Mychal Kendricks and Fletcher Cox both played in the 4-3 as rookies. It was a 1-gap, attacking defense similar to the one that Jim Schwartz will run this year. Cox had a great position coach in Jim Washburn, but only had him for part of the season. Kendricks had a solid LB coach in Mike Caldwell.
Both Cox and Kendricks suffered due to the defensive coordinator shuffle. Juan Castillo wasn’t doing a great job at the beginning of the year, but things went awry when he was fired at the bye week. Todd Bowles took over the defense and tried to change the scheme to something he preferred. Making changes on the fly proved to be a bad idea and the whole defense just fell apart. Still we could see that Cox and Kendricks were talented players.
Let’s take a look back at Cox and Kendricks playing in the 4-3.
I’m excited to see the Eagles running the 4-3 defense once again, and also with a proven DC who knows exactly what he’s doing.
Most people were happy Sam Bradford re-signed with the Eagles. He wasn’t an ideal solution, but, as the Broncos can certainly tell you, there weren’t great QB options this offseason. Then Bradford lost a lot of support with the way he handled the Carson Wentz situation.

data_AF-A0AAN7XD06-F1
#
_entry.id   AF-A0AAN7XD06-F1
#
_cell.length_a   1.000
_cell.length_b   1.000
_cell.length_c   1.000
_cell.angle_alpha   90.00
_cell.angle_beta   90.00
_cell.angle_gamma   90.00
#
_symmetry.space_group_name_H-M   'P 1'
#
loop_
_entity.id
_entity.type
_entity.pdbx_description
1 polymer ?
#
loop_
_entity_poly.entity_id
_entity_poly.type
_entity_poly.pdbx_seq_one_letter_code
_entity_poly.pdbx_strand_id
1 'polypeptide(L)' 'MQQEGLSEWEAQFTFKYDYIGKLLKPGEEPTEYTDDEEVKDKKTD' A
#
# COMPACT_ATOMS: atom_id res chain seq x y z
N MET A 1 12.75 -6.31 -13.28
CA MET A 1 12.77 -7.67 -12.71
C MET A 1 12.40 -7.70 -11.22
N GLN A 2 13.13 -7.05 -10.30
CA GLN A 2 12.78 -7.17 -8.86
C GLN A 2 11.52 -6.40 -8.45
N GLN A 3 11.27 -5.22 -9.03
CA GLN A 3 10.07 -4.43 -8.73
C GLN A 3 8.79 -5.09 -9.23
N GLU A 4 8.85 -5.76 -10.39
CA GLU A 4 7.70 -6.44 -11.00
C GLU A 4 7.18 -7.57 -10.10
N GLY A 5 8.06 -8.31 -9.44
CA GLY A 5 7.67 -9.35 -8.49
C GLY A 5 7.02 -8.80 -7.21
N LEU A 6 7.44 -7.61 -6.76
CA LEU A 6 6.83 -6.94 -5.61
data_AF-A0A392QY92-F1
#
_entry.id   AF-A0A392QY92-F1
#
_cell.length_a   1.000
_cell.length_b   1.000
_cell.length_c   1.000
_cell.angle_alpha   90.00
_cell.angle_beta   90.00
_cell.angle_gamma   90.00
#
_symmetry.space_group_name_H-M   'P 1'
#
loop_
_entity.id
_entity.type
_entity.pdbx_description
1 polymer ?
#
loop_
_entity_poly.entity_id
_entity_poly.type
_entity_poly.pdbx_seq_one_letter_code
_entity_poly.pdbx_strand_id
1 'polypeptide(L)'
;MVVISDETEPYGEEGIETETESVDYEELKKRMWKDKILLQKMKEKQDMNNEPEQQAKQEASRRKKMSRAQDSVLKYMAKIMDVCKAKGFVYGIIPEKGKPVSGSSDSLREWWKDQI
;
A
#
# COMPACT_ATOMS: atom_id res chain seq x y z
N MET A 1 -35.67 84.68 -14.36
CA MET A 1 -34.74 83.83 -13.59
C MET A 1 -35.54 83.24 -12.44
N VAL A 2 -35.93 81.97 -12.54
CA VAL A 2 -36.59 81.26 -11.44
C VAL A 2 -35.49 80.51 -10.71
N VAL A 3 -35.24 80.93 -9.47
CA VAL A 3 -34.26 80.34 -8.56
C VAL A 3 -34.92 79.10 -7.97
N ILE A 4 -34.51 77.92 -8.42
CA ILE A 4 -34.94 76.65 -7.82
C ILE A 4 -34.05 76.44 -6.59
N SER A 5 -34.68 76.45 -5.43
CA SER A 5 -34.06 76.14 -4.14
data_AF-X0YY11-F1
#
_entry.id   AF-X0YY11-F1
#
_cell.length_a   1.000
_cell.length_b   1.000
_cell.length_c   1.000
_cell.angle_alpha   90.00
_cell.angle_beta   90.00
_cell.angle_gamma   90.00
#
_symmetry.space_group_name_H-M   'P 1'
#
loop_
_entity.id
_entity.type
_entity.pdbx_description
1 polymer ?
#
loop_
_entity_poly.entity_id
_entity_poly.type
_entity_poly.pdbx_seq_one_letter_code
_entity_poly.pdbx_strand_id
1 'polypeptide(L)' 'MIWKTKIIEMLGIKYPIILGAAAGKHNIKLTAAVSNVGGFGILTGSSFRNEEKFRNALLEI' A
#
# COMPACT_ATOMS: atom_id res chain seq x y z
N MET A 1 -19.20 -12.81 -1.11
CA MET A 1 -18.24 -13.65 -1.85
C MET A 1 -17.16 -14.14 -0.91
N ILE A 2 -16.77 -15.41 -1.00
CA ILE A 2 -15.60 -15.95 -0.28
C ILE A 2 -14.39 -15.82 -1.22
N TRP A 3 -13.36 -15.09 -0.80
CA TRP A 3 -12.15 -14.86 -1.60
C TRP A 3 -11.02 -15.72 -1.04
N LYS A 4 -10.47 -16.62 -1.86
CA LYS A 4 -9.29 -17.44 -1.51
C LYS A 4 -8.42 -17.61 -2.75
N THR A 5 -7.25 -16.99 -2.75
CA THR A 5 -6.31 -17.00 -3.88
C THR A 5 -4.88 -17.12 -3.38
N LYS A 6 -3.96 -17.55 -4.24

“Same old Sam,” wideout Josh Huff said Friday. “He’s been a leader in the huddle, been a leader in the meeting room, and he’s demanding perfection out of each and every one of us.”
Eagles coach Doug Pederson, who reiterated Friday that Bradford is his No. 1 quarterback, was asked whether Bradford has separated himself from backup Chase Daniel and rookie Carson Wentz, the player the Eagles traded up to draft second overall, spurring Bradford to want to start anew elsewhere.
“I think so. I think he’s done an outstanding job,” Pederson said. “Again, when you’re spreading reps equally, with three guys, that’s what you want to see, and I think he’s really done a nice job and taken that next step to be the leader of this football team and be the starter.”
Some of this is boilerplate. If Bradford weren’t embracing his role as QB-for-now, Pederson wouldn’t announce that from behind a lectern. Teammates might or might not assert that everything was just great, depending on the teammate, and maybe on the presence or absence of TV cameras. But you can read someone’s manner. When it comes to discussing Bradford, there seems to be enthusiasm and maybe a little relief in the Eagles’ ranks.
That last bit is really interesting. I think Les has a pretty good BS meter. Sounds like he senses genuine enthusiasm and good feelings.
We pick on Bradford for a lot of reasons, but the bottom line is that he is a talented QB who played well down the stretch last year. The Eagles were 7-6 in games that he started and finished. Bradford got better as the season went along.
With an improved O-line and a group of WRs that should be better, Bradford could also be better in 2016. No one is putting the guy in the Hall of Fame, but this could be a breakout season for him. The key will be getting off to a better start.